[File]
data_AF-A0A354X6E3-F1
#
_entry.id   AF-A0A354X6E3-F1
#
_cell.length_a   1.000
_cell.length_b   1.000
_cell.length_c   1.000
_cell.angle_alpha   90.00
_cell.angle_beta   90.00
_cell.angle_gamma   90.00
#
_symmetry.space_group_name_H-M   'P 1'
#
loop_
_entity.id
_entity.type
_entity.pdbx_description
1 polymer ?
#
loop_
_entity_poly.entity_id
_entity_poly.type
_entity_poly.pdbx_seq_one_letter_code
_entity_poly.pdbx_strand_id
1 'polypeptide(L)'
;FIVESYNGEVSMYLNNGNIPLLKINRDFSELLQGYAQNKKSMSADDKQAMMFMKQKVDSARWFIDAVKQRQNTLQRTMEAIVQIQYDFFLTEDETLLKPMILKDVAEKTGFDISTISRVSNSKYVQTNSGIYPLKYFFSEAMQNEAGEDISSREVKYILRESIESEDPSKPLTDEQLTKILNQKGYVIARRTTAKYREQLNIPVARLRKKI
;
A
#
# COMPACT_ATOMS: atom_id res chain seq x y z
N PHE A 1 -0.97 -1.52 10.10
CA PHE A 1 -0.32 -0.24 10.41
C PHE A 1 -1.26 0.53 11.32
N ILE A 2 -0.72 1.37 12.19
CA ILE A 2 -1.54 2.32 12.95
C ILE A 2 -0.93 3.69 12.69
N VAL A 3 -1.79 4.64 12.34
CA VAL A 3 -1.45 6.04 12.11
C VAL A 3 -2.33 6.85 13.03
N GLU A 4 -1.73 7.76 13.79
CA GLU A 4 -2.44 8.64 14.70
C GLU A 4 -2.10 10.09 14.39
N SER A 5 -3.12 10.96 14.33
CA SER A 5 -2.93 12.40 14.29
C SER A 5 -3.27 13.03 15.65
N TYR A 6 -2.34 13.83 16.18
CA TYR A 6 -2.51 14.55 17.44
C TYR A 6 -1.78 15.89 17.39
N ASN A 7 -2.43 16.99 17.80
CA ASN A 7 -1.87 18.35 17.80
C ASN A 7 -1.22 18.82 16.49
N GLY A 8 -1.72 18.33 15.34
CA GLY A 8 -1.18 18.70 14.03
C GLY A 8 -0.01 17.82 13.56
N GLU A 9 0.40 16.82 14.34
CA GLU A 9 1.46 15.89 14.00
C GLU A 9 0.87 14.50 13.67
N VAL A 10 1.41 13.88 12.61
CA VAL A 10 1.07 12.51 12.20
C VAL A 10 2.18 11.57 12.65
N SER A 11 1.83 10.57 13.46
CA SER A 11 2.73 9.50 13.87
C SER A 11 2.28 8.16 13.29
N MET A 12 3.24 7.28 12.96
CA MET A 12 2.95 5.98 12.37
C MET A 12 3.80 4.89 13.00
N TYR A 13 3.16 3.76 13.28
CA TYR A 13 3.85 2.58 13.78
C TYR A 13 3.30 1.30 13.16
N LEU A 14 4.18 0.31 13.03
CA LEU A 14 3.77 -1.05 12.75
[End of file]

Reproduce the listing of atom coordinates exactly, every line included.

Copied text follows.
data_AF-A0A354X6E3-F1
#
_entry.id   AF-A0A354X6E3-F1
#
_cell.length_a   1.000
_cell.length_b   1.000
_cell.length_c   1.000
_cell.angle_alpha   90.00
_cell.angle_beta   90.00
_cell.angle_gamma   90.00
#
_symmetry.space_group_name_H-M   'P 1'
#
loop_
_entity.id
_entity.type
_entity.pdbx_description
1 polymer ?
#
loop_
_entity_poly.entity_id
_entity_poly.type
_entity_poly.pdbx_seq_one_letter_code
_entity_poly.pdbx_strand_id
1 'polypeptide(L)'
;FIVESYNGEVSMYLNNGNIPLLKINRDFSELLQGYAQNKKSMSADDKQAMMFMKQKVDSARWFIDAVKQRQNTLQRTMEAIVQIQYDFFLTEDETLLKPMILKDVAEKTGFDISTISRVSNSKYVQTNSGIYPLKYFFSEAMQNEAGEDISSREVKYILRESIESEDPSKPLTDEQLTKILNQKGYVIARRTTAKYREQLNIPVARLRKKI
;
A
#
# COMPACT_ATOMS: atom_id res chain seq x y z
N PHE A 1 -0.97 -1.52 10.10
CA PHE A 1 -0.32 -0.24 10.41
C PHE A 1 -1.26 0.53 11.32
N ILE A 2 -0.72 1.37 12.19
CA ILE A 2 -1.54 2.32 12.95
C ILE A 2 -0.93 3.69 12.69
N VAL A 3 -1.79 4.64 12.34
CA VAL A 3 -1.45 6.04 12.11
C VAL A 3 -2.33 6.85 13.03
N GLU A 4 -1.73 7.76 13.79
CA GLU A 4 -2.44 8.64 14.70
C GLU A 4 -2.10 10.09 14.39
N SER A 5 -3.12 10.96 14.33
CA SER A 5 -2.93 12.40 14.29
C SER A 5 -3.27 13.03 15.65
N TYR A 6 -2.34 13.83 16.18
CA TYR A 6 -2.51 14.55 17.44
C TYR A 6 -1.78 15.89 17.39
N ASN A 7 -2.43 16.99 17.80
CA ASN A 7 -1.87 18.35 17.80
C ASN A 7 -1.22 18.82 16.49
N GLY A 8 -1.72 18.33 15.34
CA GLY A 8 -1.18 18.70 14.03
C GLY A 8 -0.01 17.82 13.56
N GLU A 9 0.40 16.82 14.34
CA GLU A 9 1.46 15.89 14.00
C GLU A 9 0.87 14.50 13.67
N VAL A 10 1.41 13.88 12.61
CA VAL A 10 1.07 12.51 12.20
C VAL A 10 2.18 11.57 12.65
N SER A 11 1.83 10.57 13.46
CA SER A 11 2.73 9.50 13.87
C SER A 11 2.28 8.16 13.29
N MET A 12 3.24 7.28 12.96
CA MET A 12 2.95 5.98 12.37
C MET A 12 3.80 4.89 13.00
N TYR A 13 3.16 3.76 13.28
CA TYR A 13 3.85 2.58 13.78
C TYR A 13 3.30 1.30 13.16
N LEU A 14 4.18 0.31 13.03
CA LEU A 14 3.77 -1.05 12.75